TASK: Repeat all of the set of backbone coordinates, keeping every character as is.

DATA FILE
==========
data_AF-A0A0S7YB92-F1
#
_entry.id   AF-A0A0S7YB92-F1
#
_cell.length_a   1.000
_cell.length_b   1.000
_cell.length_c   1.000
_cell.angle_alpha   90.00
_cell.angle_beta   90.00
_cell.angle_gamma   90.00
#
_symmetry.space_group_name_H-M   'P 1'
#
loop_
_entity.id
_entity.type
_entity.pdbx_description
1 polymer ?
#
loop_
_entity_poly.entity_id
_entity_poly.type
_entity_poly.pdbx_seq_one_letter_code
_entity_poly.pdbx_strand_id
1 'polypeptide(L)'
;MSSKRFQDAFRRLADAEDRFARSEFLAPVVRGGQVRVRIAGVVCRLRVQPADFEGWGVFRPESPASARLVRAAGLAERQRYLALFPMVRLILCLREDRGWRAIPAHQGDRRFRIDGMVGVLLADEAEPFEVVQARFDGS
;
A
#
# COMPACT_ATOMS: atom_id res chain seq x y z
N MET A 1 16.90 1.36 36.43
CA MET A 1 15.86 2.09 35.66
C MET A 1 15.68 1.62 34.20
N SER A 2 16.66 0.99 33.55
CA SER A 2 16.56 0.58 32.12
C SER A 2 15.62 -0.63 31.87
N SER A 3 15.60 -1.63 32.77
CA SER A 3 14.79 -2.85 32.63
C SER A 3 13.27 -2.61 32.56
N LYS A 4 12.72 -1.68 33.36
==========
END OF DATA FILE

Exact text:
data_AF-A0A0S7YB92-F1
#
_entry.id   AF-A0A0S7YB92-F1
#
_cell.length_a   1.000
_cell.length_b   1.000
_cell.length_c   1.000
_cell.angle_alpha   90.00
_cell.angle_beta   90.00
_cell.angle_gamma   90.00
#
_symmetry.space_group_name_H-M   'P 1'
#
loop_
_entity.id
_entity.type
_entity.pdbx_description
1 polymer ?
#
loop_
_entity_poly.entity_id
_entity_poly.type
_entity_poly.pdbx_seq_one_letter_code
_entity_poly.pdbx_strand_id
1 'polypeptide(L)'
;MSSKRFQDAFRRLADAEDRFARSEFLAPVVRGGQVRVRIAGVVCRLRVQPADFEGWGVFRPESPASARLVRAAGLAERQRYLALFPMVRLILCLREDRGWRAIPAHQGDRRFRIDGMVGVLLADEAEPFEVVQARFDGS
;
A
#
# COMPACT_ATOMS: atom_id res chain seq x y z
N MET A 1 16.90 1.36 36.43
CA MET A 1 15.86 2.09 35.66
C MET A 1 15.68 1.62 34.20
N SER A 2 16.66 0.99 33.55
CA SER A 2 16.56 0.58 32.12
C SER A 2 15.62 -0.63 31.87
N SER A 3 15.60 -1.63 32.77
CA SER A 3 14.79 -2.85 32.63
C SER A 3 13.27 -2.61 32.56
N LYS A 4 12.72 -1.68 33.36